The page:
George Blake: First Black Buddhist Monk

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I came across a black and white British news article from the 1950’s, of three ‘British’ men travelling to Thailand to be ‘ordained’ as Theravada Buddhist monks, on a DVD covering the life of the Venerable Pannavaddho (1925-2004).

George Blake may well have been the first ‘African-Caribbean’ man to have ordained as a Buddhist monk, and perhaps was the first ever ‘Black’ Buddhist monk.  Due to British imperialism, Jamaica was a British Colony until its independence in 1962.  This meant that George Blake (b.1922) was a ‘British Citizen’ with the legal right to visit and/or settle on the UK Mainland.  Indeed, during WWII, he volunteered for the Royal Air Force (RAF) and defended the British Isles against Nazi German aggression.  As a reward for his service, (and 3 years prior to the Labour Party bringing in free higher education in the UK, in 1948), he was offered a full scholarship to a university of his choice at the end of hostilities in 1945.  This man of obvious intelligence would eventually become an esteemed psychologist, but whilst in the UK, he came in contact with the Theravada (Thai) tradition of Buddhism, and was immediately drawn to its ‘scientific’analysis of mind.  Interestingly, when he asked about ‘ordaining’ as a Buddhist monk, he was always advised by the Theravada monks to first acquire a very good secular education, as Buddhism extolled the development of the mind in all its aspects.  Eventually, George Blake became a ‘Samanera’ or ‘novice’ monk in the UK, before travelling to Thailand in 1956 to take the full ordination and acceptance of the Vinaya Discipline.  George Blake sets an extraordinary example for all people in the world.  This was a man from an oppressed British Colony in the imperial era, who fought bravely during WWII for the British people, then he became not only a Buddhist monk, but also a respected academic in the UK and Canada – doing much good pioneering work with alcoholism.  His presence in the UK as a Buddhist monk who travelled to Thailand on an equal footing with two ‘White’ British men is extraordinary, even more so due to the positive media coverage it received.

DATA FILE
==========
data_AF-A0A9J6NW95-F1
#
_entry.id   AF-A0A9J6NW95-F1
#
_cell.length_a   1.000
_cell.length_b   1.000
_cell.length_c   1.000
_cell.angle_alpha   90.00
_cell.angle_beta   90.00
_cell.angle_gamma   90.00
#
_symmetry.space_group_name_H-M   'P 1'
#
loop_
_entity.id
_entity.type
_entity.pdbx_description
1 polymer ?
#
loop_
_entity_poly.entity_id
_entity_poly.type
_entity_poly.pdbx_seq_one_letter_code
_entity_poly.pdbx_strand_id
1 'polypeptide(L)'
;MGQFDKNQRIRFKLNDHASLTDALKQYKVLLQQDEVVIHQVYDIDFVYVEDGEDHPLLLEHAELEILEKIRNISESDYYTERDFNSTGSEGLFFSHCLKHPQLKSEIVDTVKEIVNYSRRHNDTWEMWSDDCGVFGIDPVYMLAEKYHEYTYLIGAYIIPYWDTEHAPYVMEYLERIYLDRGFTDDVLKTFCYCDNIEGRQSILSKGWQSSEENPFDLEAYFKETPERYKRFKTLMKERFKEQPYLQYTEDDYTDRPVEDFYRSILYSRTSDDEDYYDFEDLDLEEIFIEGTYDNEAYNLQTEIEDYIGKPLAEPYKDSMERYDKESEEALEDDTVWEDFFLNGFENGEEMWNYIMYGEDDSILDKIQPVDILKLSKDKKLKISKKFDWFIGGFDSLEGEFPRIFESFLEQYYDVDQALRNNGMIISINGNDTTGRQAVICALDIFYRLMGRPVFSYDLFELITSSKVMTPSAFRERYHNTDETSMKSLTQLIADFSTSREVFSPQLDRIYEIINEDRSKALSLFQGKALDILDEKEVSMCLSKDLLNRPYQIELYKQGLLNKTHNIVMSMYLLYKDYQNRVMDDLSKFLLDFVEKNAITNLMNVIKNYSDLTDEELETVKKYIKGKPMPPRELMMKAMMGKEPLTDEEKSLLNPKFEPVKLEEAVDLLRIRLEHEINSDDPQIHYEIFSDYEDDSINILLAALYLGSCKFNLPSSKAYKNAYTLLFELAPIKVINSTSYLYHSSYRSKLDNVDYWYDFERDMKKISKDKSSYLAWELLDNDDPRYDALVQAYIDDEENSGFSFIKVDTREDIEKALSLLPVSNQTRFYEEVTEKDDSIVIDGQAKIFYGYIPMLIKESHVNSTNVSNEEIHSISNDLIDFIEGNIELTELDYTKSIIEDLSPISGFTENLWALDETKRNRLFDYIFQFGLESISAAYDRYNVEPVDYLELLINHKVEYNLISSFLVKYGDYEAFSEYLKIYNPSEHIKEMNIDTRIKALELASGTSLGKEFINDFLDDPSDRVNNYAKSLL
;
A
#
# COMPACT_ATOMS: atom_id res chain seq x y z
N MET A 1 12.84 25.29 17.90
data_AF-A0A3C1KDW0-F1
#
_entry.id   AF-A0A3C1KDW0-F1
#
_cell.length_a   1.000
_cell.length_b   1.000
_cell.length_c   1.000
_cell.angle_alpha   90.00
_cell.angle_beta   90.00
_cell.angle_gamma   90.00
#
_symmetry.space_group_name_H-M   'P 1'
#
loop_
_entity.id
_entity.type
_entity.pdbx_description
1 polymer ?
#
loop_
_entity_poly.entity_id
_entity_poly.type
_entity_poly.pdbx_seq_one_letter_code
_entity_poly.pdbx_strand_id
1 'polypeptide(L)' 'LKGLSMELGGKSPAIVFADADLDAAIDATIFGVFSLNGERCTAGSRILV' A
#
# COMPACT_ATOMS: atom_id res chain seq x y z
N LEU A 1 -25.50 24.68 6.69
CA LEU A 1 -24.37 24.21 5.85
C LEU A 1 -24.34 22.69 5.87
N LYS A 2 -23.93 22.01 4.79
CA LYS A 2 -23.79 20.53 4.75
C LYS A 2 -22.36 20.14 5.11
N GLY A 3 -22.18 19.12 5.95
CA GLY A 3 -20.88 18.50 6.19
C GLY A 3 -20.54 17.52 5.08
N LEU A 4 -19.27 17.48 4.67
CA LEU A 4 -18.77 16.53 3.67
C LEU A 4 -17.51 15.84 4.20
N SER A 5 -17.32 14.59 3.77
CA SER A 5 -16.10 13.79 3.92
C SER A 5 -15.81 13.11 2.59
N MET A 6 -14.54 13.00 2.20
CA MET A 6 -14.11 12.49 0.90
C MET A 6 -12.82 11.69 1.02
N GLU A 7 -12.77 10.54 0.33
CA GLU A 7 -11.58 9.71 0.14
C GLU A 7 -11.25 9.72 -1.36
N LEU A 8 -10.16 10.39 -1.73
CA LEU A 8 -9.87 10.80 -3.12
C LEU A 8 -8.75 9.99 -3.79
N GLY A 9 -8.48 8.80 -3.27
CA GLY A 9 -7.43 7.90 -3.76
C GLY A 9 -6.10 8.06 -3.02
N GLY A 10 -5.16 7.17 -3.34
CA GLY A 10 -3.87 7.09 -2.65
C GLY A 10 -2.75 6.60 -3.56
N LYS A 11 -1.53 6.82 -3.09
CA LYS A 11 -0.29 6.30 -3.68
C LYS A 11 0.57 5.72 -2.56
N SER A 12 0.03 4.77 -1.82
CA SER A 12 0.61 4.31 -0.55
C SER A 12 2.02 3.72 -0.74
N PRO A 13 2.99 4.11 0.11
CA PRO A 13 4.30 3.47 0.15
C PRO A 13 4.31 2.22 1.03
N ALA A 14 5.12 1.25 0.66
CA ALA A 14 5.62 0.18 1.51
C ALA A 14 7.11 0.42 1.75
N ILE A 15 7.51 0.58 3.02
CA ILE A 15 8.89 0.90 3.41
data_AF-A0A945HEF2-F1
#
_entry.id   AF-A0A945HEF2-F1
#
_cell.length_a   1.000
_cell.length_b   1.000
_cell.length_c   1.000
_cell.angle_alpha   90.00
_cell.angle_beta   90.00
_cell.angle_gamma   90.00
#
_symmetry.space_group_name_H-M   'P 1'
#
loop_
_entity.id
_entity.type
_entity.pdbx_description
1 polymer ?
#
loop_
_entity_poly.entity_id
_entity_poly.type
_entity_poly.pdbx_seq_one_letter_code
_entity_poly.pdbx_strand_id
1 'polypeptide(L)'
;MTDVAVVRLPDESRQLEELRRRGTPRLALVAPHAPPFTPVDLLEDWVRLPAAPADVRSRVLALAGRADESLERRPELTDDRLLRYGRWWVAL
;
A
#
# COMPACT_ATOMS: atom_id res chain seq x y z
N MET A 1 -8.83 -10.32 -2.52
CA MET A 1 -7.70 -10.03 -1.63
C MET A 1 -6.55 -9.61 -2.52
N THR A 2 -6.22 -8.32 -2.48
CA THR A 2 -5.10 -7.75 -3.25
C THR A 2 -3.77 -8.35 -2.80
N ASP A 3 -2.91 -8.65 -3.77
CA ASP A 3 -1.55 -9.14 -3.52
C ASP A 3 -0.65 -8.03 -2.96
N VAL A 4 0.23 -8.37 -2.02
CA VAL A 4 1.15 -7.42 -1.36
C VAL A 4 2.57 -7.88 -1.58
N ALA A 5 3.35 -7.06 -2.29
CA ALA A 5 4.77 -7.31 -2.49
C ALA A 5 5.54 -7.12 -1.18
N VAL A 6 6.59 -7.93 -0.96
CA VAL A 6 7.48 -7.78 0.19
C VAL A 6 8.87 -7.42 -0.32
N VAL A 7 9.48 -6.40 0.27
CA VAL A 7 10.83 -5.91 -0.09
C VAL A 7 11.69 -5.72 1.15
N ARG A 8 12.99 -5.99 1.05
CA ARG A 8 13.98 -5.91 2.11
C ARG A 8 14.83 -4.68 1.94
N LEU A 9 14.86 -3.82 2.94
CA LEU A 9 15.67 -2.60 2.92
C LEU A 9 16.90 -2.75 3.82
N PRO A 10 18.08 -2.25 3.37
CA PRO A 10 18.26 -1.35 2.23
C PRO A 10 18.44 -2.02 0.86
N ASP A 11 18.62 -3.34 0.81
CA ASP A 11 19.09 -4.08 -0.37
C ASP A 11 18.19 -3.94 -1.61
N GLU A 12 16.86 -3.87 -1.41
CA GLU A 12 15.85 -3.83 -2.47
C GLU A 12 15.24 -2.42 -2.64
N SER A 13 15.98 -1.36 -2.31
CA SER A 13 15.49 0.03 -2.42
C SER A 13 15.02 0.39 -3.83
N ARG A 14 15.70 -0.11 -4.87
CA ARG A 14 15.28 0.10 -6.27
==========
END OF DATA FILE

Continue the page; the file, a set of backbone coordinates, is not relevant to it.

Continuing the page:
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George Blake in His Own Words

In the above article (written in 2015) George Blake was 93 years old!

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1 Comment

  1. Nice information. Thanks!

    Reply

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